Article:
Excerpt from The School of Essential Ingredients by Erica Bauermeister, plus links to reviews, author biography & more

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The School of Essential Ingredients

by Erica Bauermeister

The School of Essential Ingredients by Erica Bauermeister
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  • First Published:
    Jan 2009, 256 pages
    Paperback:
    Jan 2010, 272 pages

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Book Reviewed by:
Joanne Collings

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Prologue

Lillian loved best the moment before she turned on the lights. She would stand in the restaurant kitchen doorway, rain- soaked air behind her, and let the smells come to her — ripe sourdough yeast, sweet-dirt coffee, and garlic, mellowing as it lingered. Under them, more elusive, stirred the faint essence of fresh meat, raw tomatoes, cantaloupe, water on lettuce. Lillian breathed in, feeling the smells move about and through her, even as she searched out those that might suggest a rotting orange at the bottom of a pile, or whether the new assistant chef was still double-dosing the curry dishes. She was. The girl was a daughter of a friend and good enough with knives, but some days, Lillian thought with a sigh, it was like trying to teach subtlety to a thunderstorm.

But tonight was Monday. No assistant chefs, no customers looking for solace or celebration. Tonight was Monday, cooking class night.

After seven years of teaching, Lillian knew how her students would arrive on the first night of class — walking through the kitchen door alone or in ad hoc groups of two or three that had met up on the walkway to the mostly darkened restaurant, holding the low, nervous conversations of strangers who will soon touch one another’s food. Once inside, some would clump together, making those first motions toward connection, while others would roam the kitchen, fingers stroking brass pots or picking up a glowing red pepper, like small children drawn to the low- hanging ornaments on a Christmas tree.

Lillian loved to watch her students at this moment — they were elements that would become more complex and intriguing as they mixed with one another, but at the beginning, placed in relief by their unfamiliar surroundings, their essence was clear. A young man reaching out to touch the shoulder of the still younger woman next to him — “What’s your name?” — as her hand dropped to the stainless-steel counter and traced its smooth surface. Another woman standing alone, her mind still lingering with — a child? a lover? Every once in a while there was a couple, in love or ruins.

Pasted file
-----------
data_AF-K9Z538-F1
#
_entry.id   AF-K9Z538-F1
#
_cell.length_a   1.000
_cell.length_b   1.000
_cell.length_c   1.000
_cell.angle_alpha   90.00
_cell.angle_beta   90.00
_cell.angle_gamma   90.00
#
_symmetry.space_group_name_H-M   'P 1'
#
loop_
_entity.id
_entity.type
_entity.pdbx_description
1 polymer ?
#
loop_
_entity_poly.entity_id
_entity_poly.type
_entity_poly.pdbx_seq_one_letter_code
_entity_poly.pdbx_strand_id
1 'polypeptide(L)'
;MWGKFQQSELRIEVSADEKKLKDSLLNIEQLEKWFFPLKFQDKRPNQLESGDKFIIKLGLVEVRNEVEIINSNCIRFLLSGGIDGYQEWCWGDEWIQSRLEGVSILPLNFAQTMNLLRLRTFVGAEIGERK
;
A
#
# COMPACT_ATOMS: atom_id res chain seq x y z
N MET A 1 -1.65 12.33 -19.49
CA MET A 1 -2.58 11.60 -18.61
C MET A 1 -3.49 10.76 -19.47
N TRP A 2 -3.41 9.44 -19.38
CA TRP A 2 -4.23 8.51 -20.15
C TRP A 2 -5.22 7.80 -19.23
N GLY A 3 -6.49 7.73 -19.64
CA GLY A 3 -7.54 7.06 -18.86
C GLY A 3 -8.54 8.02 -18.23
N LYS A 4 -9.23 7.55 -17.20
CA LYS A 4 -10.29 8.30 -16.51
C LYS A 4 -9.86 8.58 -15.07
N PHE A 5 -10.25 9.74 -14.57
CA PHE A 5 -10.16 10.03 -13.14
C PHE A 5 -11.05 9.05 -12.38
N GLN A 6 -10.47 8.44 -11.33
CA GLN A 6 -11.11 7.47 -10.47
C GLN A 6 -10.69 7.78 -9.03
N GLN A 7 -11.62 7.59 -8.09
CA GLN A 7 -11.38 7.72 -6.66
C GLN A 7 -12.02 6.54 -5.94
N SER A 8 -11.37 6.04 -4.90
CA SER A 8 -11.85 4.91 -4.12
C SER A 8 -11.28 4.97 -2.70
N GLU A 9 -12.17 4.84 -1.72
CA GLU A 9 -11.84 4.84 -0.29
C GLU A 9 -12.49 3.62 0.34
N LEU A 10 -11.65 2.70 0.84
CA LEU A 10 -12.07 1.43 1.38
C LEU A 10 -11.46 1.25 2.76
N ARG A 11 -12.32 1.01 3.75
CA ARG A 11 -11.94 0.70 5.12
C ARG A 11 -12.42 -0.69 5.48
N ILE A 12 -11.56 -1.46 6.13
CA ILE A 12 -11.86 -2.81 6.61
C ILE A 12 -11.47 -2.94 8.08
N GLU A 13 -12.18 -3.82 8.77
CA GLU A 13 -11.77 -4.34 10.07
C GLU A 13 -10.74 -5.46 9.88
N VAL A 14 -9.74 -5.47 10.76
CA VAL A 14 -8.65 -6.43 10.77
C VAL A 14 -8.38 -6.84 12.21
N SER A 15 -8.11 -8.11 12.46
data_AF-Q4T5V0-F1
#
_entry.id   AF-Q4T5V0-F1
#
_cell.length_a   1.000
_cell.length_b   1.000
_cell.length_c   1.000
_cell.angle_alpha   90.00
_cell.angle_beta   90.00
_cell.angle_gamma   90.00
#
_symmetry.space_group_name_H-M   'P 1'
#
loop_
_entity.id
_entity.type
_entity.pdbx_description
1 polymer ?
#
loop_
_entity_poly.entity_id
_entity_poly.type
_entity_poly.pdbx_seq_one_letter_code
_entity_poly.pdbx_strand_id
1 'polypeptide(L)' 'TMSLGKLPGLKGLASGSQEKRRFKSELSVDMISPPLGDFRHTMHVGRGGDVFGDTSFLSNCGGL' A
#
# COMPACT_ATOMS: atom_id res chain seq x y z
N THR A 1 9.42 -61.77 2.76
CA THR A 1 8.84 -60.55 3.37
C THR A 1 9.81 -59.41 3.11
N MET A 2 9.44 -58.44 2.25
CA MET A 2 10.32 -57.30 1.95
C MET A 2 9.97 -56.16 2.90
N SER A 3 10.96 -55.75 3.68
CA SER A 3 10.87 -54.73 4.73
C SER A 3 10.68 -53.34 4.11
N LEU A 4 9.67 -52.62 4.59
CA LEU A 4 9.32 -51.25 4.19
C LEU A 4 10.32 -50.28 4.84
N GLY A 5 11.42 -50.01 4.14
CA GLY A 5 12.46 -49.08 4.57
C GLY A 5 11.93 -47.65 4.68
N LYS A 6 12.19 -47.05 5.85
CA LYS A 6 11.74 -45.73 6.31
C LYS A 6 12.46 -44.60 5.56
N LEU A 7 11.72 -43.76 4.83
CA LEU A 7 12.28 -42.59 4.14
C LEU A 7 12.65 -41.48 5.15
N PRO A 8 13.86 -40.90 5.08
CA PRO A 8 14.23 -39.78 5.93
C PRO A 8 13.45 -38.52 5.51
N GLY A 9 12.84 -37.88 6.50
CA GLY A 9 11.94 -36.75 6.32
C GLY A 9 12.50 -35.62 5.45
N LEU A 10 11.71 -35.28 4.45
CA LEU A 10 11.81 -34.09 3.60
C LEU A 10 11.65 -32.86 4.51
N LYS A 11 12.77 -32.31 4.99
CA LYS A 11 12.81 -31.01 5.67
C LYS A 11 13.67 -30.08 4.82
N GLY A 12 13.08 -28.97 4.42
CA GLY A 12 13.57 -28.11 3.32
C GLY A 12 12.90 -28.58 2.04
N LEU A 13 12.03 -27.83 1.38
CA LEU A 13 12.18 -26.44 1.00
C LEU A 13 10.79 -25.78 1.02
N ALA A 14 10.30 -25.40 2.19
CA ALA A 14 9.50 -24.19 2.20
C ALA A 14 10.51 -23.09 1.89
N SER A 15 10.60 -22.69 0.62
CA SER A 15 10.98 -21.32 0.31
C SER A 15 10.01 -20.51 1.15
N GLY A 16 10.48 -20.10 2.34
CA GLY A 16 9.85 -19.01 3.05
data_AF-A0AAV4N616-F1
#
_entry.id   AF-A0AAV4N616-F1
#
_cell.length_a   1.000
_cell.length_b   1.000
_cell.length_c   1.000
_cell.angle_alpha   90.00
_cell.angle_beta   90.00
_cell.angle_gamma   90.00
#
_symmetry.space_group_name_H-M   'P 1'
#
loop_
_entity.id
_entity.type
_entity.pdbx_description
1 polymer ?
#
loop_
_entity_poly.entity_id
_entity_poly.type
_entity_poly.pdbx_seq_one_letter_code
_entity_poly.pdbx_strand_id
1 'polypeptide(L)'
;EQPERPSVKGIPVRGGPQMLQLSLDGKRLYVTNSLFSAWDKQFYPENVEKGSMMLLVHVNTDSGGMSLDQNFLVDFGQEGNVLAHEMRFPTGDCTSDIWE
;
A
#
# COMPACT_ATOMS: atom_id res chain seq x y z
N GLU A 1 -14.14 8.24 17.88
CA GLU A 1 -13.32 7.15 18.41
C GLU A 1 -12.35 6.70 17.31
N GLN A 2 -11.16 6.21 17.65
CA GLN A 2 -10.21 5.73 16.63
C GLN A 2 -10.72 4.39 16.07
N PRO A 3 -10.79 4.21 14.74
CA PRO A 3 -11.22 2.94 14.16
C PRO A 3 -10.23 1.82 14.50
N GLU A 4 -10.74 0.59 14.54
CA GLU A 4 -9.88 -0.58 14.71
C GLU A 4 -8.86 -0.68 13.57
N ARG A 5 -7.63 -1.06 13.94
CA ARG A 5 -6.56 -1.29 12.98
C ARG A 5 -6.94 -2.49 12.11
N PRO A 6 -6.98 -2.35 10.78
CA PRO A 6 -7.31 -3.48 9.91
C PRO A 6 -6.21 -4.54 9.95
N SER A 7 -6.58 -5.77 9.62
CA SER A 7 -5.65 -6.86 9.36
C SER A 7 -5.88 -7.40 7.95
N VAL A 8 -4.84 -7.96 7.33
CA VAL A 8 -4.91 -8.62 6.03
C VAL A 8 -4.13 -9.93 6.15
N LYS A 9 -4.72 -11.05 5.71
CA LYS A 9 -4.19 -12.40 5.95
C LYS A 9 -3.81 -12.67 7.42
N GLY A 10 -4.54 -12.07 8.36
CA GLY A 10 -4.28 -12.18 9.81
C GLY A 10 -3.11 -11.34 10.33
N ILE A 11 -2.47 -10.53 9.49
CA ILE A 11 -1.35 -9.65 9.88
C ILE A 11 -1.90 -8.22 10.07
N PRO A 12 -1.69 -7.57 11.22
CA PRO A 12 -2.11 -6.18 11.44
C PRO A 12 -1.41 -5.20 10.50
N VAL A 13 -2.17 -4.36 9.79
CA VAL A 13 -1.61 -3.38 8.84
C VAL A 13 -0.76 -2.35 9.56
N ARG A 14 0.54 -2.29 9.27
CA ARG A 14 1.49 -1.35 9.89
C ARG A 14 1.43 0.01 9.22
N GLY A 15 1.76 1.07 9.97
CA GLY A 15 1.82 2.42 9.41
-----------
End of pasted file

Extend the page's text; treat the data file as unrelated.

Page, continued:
Lillian’s students arrived with a variety of motivations, some drawn by a yearning as yet unmet to hear murmured culinary compliments, others who had come to find a cook rather than become one. A few participants had no desire for lessons at all, arriving with gift certificates in hand as if on a forced march to certain failure; they knew their cakes would always be flat, their cream sauces filled with small, disconcerting pockets of flour, like bills in your mailbox when you had hoped for a love letter.

And then there were those students who seemingly had no choice, who could no more stay out of a kitchen than a kleptomaniac could keep her hands in her pockets. They came early, stayed late, fantasized about leaving their corporate jobs and becoming chefs with an exhilarating mixture of guilt and pleasure. If Lillian’s soul sought out this last group, it was only to be expected, but in truth, she found them all fascinating. Lillian knew that whatever their reasons for coming, at some moment in the course of the class each one’s eyes would widen with joy or tears or resolution — it always happened. The timing and the reason would be different for each, and that’s where the fascination lay. No two spices work the same.

The kitchen was ready. The long stainless-steel counters lay before her, expansive and cool in the dark. Lillian knew without looking that Robert had received the vegetable order from the produce man who delivered only on Mondays. Caroline would have stood over skinny, smart-mouthed Daniel until the floors were scrubbed, the thick rubber mats rinsed with the hose outside until they were black and shining. Beyond the swinging door on the other side of the kitchen, the dining room stood ready, a quiet field of tables under starched white linen, napkins folded into sharp triangles at each place. But no one would use the dining room tonight. All that mattered was the kitchen.

From the prologue to The School of Essential Ingredients by Erica Bauermeister. Copyright Erica Bauermeister 2009. All rights reserved. No part of this book maybe reproduced without written permission from the publisher.

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